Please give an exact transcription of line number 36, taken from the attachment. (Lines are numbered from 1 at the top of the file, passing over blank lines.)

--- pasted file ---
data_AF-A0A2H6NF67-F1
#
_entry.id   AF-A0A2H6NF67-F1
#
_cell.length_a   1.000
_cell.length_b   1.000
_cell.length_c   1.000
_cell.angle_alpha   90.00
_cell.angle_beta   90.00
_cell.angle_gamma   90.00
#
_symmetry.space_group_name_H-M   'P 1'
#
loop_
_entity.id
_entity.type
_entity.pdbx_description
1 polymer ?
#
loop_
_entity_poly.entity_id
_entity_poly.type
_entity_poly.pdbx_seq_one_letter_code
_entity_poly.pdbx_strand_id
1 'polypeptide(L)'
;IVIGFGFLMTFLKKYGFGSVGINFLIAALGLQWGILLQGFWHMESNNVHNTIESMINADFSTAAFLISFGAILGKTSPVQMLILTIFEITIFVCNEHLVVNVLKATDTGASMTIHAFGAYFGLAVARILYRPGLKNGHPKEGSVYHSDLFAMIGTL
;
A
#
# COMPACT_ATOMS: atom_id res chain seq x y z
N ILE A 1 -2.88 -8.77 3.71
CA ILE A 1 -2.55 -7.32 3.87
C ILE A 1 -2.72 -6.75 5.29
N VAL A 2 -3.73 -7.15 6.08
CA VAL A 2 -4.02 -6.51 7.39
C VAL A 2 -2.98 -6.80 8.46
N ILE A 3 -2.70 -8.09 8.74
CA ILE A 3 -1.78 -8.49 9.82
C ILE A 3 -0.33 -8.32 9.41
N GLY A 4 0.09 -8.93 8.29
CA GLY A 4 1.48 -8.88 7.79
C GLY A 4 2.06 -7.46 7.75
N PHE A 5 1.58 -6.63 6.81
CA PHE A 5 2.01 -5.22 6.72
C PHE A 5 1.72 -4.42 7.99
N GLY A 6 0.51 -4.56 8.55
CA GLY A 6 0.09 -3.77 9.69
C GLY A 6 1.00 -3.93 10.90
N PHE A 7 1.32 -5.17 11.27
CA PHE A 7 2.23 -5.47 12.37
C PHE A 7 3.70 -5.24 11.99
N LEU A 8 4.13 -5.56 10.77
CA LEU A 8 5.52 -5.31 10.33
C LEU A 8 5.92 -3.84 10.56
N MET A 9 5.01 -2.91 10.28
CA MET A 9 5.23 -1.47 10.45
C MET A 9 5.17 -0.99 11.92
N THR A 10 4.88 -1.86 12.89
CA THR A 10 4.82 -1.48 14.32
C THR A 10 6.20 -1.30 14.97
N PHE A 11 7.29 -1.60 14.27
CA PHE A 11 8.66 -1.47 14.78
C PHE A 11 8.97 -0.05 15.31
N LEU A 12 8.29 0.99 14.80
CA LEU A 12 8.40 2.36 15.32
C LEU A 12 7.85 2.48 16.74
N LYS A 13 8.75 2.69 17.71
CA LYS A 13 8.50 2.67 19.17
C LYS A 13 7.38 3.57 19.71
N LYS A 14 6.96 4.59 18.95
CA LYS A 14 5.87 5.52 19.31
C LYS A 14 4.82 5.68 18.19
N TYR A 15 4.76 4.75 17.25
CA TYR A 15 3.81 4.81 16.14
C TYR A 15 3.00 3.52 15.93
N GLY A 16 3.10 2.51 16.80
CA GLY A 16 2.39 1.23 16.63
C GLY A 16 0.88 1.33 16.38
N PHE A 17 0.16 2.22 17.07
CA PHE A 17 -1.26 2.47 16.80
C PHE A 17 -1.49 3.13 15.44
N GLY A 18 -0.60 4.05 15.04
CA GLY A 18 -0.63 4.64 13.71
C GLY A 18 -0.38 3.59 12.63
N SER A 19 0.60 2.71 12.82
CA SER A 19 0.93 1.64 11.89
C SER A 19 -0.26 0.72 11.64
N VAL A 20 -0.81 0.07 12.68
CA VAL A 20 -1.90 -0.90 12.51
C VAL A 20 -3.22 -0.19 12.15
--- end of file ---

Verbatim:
C VAL A 2 -2.98 -6.80 8.46